Current surge in home buying and price hikes will continue into next year, top Texas economist predicts.
North Texas home sales and prices have surged to record levels in the last three months — one bright spot during the pandemic.
The boom in Dallas-Fort Worth’s housing market is likely to continue through 2021 as the effects of COVID-19 slowly subside, one of the state’s top real estate economists says.
“I think home prices in Dallas are going to be markedly up this year and probably through next year,” said Dr. James Gaines, chief economist with the Real Estate Center at Texas A&M University. “Dallas is still a robust market.
“Dallas is going to continue to do well — probably 2021 is looking similar to this year,” Gaines said in a Friday online presentation.
North Texas home sales during the first nine months of 2020 are running 6% ahead of last year’s record. And median sales prices in September were up 10% to near an all-time high of more than $290,000.
Low mortgage rates and continued moves to the D-FW area are fueling the spike in housing activity.
“Employment is still high,” Gaines said. “Population growth is still coming there. The demand for housing is still being created.
“As the economy opens up more and more and we go back to ‘normal,’ I think you are going to see that market continue on.”
Gaines said the future performance of the Texas economy and housing market will still be affected by COVID-19. “Everything hinges on how the pandemic and the virus are handled,” he said. “If we get the virus under control, I think the market is going to continue to go on.”
The final months of the year are traditionally slower periods for housing, but not in 2020.
Gaines said the current market is being fueled by housing demand that paused during last spring’s pandemic lockdowns as well as future buys from next year.
“The mortgage interest rate has been a magnet pulling forward some of the demand,” he said. “We are beginning to see already early evidence that the fourth quarter is not going to drop off as some of the demand from the future is pulled into this year.”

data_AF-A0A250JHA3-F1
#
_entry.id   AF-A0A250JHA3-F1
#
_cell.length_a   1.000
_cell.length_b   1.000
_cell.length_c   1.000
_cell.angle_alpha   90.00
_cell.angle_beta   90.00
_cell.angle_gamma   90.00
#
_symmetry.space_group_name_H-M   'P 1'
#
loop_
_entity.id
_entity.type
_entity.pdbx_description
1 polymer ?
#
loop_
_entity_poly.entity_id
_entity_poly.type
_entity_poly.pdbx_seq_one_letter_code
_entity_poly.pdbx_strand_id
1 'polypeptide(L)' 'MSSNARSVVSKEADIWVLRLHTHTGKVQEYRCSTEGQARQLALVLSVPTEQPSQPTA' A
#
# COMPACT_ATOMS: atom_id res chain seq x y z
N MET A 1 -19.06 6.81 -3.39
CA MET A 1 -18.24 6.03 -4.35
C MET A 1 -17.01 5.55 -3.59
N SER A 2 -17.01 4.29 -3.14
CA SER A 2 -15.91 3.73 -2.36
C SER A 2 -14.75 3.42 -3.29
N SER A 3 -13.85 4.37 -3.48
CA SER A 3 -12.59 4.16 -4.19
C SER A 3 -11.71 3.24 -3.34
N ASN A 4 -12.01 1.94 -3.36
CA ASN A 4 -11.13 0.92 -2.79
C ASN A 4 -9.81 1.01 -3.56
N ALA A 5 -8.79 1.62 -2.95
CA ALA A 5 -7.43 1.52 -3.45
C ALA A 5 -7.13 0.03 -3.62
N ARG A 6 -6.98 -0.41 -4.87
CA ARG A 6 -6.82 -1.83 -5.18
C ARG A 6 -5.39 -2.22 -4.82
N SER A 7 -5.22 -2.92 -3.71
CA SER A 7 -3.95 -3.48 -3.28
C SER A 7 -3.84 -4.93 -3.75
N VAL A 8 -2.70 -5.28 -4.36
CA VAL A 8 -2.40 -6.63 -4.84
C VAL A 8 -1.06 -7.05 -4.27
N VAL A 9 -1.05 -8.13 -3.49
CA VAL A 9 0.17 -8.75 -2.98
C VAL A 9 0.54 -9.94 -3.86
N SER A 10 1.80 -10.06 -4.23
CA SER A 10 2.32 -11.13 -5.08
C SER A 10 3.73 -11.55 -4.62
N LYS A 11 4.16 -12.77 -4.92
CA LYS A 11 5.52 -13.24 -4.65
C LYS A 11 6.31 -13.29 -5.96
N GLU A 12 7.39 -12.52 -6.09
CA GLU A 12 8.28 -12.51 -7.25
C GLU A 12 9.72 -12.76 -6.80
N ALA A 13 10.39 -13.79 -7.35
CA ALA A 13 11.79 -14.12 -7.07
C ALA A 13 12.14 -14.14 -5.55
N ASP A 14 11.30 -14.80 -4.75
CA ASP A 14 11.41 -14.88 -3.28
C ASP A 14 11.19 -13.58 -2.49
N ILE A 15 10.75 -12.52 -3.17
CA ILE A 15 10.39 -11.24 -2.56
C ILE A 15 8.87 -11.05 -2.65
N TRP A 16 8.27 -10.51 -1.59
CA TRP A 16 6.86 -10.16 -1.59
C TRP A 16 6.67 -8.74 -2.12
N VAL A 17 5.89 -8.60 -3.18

Local real estate agents agree that the traditional end-of-the-year business downturn isn’t happening so far.
“Things have continued to be steady,” said Linda Callicutt of Coldwell Banker. “Our September-October numbers are still way ahead of last year despite the low inventory.
“The slowdown, if it comes, will probably be closer to the holidays,” she said. “But, as with the rest of the year, who knows?”
Chris Kelly, CEO of Dallas’ Ebby Halliday Co, said his firm could sell more houses if it weren’t for the shortage of listings.
“We have seen a continued trend of homeowners taking advantage of historically low interest rates and trading up from one price segment to the next,” Kelly said. “However, those properties being listed by homeowners trading up are quickly going under contract.
“We anticipate the inventory levels continuing for the foreseeable future, due to the historically low interest rates driving buyer demand.”
Texas’ homebuilding market has been a big beneficiary of the rise in home buying. Homebuilding starts in the D-FW area rose 34% in the third quarter to the highest level in more than a decade
“We are seeing near record levels of construction,” Gaines said. “That is one of the big multipliers in the overall economy — from home construction.”
Texas has fared better than other states during the pandemic-induced recession, Real Estate Center research economist Luis Torres said. He said the current economic downturn is nothing like the Great Recession of a decade ago.
“This is unprecedented — this recession was caused by a health crisis,” Torres said. “It wasn’t caused like the last recession by over-financing.
“The prior recession happened after the housing bust,” he said. “The housing market is doing well.”
Despite housing’s resiliency, U.S. job losses due to the pandemic will create issues for the residential sector at some point. Millions of Americans are still not paying their home mortgages under federal forbearance programs.
“If you are in forbearance because you lost your job, you are going to have trouble making that up,” Gaines said. “We will see more foreclosures than normal sometime in the course of next year.
“I don’t think that is going to happen until at least this time next year,” he said. “I think it will be the second half of 2021.”
And unlike in the Great Recession, when thousands of Americans were underwater on their home mortgages, most homeowners today have built up equity in their properties.
“If you are already well above water on your loan — maybe have 20% to 30% equity on your home — you will be able to sell it rather than go through foreclosure,” Gaines said. “The foreclosures won’t be as prominent.”